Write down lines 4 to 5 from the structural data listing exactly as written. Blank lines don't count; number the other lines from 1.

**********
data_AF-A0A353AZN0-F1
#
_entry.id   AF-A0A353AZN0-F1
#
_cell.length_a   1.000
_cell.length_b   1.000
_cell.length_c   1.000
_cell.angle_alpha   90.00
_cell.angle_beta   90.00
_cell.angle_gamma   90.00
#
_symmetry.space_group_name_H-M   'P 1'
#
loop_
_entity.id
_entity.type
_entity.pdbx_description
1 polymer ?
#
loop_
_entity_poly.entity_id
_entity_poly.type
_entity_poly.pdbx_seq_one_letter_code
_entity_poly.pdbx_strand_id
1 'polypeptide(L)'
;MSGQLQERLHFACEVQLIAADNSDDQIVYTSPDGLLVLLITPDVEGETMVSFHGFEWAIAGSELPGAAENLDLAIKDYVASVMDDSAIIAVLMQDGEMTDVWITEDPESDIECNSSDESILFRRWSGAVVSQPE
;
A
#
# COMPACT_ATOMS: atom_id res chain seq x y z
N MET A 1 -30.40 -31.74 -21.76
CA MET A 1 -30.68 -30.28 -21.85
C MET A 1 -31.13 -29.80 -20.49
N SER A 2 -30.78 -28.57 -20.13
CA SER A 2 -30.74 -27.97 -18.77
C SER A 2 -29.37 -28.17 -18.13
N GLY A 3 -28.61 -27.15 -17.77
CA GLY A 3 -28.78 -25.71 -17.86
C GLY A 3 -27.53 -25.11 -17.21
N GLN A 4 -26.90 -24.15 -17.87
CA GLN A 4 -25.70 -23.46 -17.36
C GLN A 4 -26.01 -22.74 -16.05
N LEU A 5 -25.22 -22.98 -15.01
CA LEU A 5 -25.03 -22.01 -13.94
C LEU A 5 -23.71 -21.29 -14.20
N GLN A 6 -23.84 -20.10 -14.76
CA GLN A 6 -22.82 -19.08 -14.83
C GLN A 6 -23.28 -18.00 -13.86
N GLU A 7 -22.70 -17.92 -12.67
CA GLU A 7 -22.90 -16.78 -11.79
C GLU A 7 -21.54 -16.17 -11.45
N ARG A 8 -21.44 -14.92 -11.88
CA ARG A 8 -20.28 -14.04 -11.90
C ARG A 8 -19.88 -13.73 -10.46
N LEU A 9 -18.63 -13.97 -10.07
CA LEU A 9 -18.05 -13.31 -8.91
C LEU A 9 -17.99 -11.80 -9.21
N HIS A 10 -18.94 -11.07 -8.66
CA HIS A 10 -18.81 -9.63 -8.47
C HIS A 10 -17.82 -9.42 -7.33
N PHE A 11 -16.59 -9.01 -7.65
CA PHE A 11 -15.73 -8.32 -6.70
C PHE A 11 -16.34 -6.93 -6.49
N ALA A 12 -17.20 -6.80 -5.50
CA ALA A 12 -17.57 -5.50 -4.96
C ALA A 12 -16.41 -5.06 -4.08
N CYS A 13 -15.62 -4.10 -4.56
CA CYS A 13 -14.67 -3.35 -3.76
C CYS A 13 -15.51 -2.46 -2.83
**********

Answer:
#
_cell.length_a   1.000